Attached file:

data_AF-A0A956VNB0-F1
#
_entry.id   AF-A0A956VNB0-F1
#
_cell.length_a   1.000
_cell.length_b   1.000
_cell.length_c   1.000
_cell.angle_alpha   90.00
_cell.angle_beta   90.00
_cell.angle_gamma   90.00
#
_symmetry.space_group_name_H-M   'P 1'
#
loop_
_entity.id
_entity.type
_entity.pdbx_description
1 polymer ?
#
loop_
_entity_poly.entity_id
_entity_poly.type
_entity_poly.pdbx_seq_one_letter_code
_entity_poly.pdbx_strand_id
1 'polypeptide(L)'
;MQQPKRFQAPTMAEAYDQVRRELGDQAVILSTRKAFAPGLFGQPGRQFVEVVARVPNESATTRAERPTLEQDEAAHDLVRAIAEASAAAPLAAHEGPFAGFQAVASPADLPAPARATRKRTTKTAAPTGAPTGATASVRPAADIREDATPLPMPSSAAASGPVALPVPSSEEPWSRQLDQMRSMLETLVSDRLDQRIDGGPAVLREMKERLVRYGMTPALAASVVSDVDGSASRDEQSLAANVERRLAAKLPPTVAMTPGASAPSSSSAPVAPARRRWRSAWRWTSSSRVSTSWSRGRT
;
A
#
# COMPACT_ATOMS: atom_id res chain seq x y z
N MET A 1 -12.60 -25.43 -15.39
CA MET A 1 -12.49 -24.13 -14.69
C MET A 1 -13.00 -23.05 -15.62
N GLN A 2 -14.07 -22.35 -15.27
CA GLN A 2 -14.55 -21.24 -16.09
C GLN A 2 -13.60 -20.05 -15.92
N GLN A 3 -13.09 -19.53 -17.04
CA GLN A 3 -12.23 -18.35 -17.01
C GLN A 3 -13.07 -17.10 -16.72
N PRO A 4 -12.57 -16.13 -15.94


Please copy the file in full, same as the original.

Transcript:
data_AF-A0A956VNB0-F1
#
_entry.id   AF-A0A956VNB0-F1
#
_cell.length_a   1.000
_cell.length_b   1.000
_cell.length_c   1.000
_cell.angle_alpha   90.00
_cell.angle_beta   90.00
_cell.angle_gamma   90.00
#
_symmetry.space_group_name_H-M   'P 1'
#
loop_
_entity.id
_entity.type
_entity.pdbx_description
1 polymer ?
#
loop_
_entity_poly.entity_id
_entity_poly.type
_entity_poly.pdbx_seq_one_letter_code
_entity_poly.pdbx_strand_id
1 'polypeptide(L)'
;MQQPKRFQAPTMAEAYDQVRRELGDQAVILSTRKAFAPGLFGQPGRQFVEVVARVPNESATTRAERPTLEQDEAAHDLVRAIAEASAAAPLAAHEGPFAGFQAVASPADLPAPARATRKRTTKTAAPTGAPTGATASVRPAADIREDATPLPMPSSAAASGPVALPVPSSEEPWSRQLDQMRSMLETLVSDRLDQRIDGGPAVLREMKERLVRYGMTPALAASVVSDVDGSASRDEQSLAANVERRLAAKLPPTVAMTPGASAPSSSSAPVAPARRRWRSAWRWTSSSRVSTSWSRGRT
;
A
#
# COMPACT_ATOMS: atom_id res chain seq x y z
N MET A 1 -12.60 -25.43 -15.39
CA MET A 1 -12.49 -24.13 -14.69
C MET A 1 -13.00 -23.05 -15.62
N GLN A 2 -14.07 -22.35 -15.27
CA GLN A 2 -14.55 -21.24 -16.09
C GLN A 2 -13.60 -20.05 -15.92
N GLN A 3 -13.09 -19.53 -17.04
CA GLN A 3 -12.23 -18.35 -17.01
C GLN A 3 -13.07 -17.10 -16.72
N PRO A 4 -12.57 -16.13 -15.94